You should always go with your doctor’s advice and if you don’t agree with what he/she is advising you to do, then find another doctor and get another opinion. That way you can compare their expert advice and decide how you want to move forward.

But never ask a complete stranger what you should do because what they tell you could make matters worse than what they already are. That my friends, is exactly why you’ll never see me tell you to do something. And when I tell you what I do, I will always tell you to check with your personal health care provider before ever trying anything on your own. I only know that the way I do things works for me.

Continuing to troubleshoot

So when I fall out of the car, I know exactly what I’ve done and will troubleshoot so to speak, to find out why it happened when it was okay before. But yes, I do give my tiger a treat at times to make her feel loved and happy as well. Otherwise, she might not go back to taking her naps for me and we’d have one hell of a fight all the time.

Maybe I’ll regret it years down the road, maybe not. Only time will tell. But for the most part, I stay behind that wheel and reaching around to wipe the windshield so I can see what’s headed my way.

This article represents the opinions, thoughts, and experiences of the author; none of this content has been paid for by any advertiser. The Type2Diabetes.com team does not recommend or endorse any products or treatments discussed herein. Learn more about how we maintain editorial integrity here.

Comments

  • beachlife
    2 weeks ago

    I love this article. I’m still fairly new at all of this – 3 years in as a pre-diabetic, but not a true diabetic until about 6 months ago. I wasn’t really taking this whole thing seriously enough I guess. Since then I’ve become a little obsessed with numbers – both on my meter and nutrition labels – and it has been making me a little crazy. It’s like being on a diet that you can’t cheat on, or so I thought. I have, as of late, been allowing myself things I wouldn’t normally eat. Our “date night” is Fridays and I try to be careful all day so I can have some “forbidden fruits” for dinner. Sometimes my meter gives me good news, and other times it doesn’t. But, like you, the next day I hop back on and get my numbers back under control. I think allowing some treats now and then helps in the long run, making this journey more bearable and actually keeping me from falling off the deep end and doing way more harm than just an occasional “cheat”. Thanks for this article – it was very encouraging!!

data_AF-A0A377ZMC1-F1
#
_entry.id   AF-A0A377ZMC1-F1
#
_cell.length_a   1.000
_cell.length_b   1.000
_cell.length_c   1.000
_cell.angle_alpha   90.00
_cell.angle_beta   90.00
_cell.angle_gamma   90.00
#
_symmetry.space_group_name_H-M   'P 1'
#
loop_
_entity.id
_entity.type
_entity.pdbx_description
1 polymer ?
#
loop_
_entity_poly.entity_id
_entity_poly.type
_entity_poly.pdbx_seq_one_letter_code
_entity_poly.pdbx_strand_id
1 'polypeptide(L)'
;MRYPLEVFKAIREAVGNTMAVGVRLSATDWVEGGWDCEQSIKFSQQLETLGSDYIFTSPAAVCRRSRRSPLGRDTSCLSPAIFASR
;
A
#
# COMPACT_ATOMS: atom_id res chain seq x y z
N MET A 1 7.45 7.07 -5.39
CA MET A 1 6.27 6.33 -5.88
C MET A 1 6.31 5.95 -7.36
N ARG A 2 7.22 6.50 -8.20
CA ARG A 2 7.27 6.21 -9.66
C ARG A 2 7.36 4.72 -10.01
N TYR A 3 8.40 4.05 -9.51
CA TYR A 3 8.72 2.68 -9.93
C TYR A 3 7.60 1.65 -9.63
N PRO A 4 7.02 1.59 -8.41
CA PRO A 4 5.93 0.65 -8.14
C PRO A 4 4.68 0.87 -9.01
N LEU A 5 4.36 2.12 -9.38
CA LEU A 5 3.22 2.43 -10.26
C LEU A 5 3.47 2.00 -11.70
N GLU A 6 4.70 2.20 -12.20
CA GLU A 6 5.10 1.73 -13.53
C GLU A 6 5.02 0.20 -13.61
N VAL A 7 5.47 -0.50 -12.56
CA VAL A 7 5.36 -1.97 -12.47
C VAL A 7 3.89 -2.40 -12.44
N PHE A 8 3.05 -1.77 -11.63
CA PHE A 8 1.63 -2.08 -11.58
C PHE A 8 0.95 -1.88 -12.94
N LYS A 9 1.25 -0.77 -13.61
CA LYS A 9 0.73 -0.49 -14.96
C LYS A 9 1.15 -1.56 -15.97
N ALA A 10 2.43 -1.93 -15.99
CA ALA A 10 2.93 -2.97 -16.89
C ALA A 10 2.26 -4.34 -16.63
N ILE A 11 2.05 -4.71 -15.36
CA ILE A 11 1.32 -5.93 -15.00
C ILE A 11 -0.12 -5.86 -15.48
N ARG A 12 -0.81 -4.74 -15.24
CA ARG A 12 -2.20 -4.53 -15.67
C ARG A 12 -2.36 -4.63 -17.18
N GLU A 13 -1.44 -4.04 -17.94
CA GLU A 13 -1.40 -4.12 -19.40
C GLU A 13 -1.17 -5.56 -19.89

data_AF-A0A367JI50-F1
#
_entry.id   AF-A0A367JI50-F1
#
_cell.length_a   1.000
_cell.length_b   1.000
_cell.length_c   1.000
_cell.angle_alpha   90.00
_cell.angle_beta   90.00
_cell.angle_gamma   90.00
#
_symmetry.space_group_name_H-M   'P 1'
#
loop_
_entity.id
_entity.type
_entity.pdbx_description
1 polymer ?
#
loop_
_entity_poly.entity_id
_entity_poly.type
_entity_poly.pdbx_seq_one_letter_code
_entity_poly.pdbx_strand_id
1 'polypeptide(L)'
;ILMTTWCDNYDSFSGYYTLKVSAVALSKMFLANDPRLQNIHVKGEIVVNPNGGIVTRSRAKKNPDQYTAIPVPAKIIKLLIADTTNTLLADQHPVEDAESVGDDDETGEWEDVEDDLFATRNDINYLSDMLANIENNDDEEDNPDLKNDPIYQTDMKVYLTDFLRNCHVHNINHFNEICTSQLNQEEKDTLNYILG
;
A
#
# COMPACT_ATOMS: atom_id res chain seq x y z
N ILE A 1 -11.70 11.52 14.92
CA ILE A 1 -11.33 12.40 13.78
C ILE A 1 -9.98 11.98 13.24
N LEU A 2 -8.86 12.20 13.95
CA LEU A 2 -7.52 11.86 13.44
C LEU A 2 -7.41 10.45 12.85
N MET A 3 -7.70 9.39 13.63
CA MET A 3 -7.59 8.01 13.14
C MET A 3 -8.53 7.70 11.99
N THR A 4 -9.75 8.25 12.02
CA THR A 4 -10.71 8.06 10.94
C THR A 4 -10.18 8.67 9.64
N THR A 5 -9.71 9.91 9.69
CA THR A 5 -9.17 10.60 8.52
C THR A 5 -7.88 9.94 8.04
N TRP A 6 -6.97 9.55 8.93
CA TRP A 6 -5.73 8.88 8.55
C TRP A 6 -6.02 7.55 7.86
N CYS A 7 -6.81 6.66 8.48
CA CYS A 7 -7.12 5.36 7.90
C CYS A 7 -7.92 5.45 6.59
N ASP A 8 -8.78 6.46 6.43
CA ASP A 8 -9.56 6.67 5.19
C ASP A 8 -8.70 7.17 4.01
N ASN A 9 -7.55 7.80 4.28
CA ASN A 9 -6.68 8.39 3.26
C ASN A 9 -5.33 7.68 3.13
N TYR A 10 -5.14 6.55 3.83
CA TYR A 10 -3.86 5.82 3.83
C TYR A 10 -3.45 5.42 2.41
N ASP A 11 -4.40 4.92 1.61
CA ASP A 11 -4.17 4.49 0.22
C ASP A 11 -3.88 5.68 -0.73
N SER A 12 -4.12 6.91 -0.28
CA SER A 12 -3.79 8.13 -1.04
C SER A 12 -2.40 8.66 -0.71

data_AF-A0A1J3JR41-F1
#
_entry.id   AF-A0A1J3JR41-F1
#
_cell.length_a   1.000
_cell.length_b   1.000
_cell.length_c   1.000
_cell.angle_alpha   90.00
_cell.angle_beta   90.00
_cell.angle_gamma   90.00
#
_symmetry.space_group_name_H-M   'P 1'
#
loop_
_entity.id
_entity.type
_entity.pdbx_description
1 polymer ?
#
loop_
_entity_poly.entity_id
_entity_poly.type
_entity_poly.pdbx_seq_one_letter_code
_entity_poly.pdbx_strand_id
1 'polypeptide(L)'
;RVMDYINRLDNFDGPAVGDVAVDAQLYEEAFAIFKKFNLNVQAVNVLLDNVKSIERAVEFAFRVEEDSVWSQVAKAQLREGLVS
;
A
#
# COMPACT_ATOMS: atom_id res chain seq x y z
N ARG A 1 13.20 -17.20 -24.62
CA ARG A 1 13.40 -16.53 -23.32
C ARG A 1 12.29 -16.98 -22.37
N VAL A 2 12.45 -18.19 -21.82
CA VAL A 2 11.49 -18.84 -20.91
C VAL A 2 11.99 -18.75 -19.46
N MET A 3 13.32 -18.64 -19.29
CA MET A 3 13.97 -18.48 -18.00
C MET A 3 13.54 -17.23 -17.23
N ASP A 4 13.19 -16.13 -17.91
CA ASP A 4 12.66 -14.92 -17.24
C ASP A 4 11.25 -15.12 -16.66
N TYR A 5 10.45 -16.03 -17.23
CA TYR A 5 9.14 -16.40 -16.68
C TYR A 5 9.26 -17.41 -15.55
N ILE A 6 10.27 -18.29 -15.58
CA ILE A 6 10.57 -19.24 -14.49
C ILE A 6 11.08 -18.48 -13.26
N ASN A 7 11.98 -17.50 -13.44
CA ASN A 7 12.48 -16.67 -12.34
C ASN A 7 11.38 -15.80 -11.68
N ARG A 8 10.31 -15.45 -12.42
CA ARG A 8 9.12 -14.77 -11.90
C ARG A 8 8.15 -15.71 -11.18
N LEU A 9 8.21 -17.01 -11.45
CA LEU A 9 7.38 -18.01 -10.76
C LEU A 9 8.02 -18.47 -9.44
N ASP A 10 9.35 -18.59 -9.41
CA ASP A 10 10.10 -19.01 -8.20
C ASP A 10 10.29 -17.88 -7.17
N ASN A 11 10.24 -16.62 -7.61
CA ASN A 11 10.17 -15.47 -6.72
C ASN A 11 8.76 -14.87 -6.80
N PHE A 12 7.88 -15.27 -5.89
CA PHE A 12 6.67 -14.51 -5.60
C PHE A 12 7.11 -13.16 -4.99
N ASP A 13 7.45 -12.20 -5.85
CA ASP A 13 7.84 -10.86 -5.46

• Thomas A McAtee Jr. moderator author
    2 weeks ago

    Thankyou for the comment and sharing your information beachlife. Like you I went very hard core when I found out I had diabetes. My stomache was calling me all kinds of names. 😉

    I lost almost 40lbs in three months. My wife was complaining about be going too much. Later I gave into the feeding of the tiger with a treat so she’d go back to sleep and behave herself as well.

    So I do fall out of the car but I dust off and get back in until then time to give her another treat.

    So glad that you are doing well like you are. Know it’s hard and at times we feel like saying ‘the hell with it’ but then when we think about the alternative we shrugged it off and start back again. We just do the best we can.

    Again beachlife, thanks for the comment and glad you like it.

    Tom Community Moderator

  • Kelly Dabel, RD moderator
    2 weeks ago

    Thank you so much for taking the time to comment and share beachlife. So glad this was helpful and encouraging. Sounds like you’ve found a good balance to feeling good and staying on track. Appreciate you sharing and being part of our community! Best, Kelly, Type2diabetes.com Community Moderator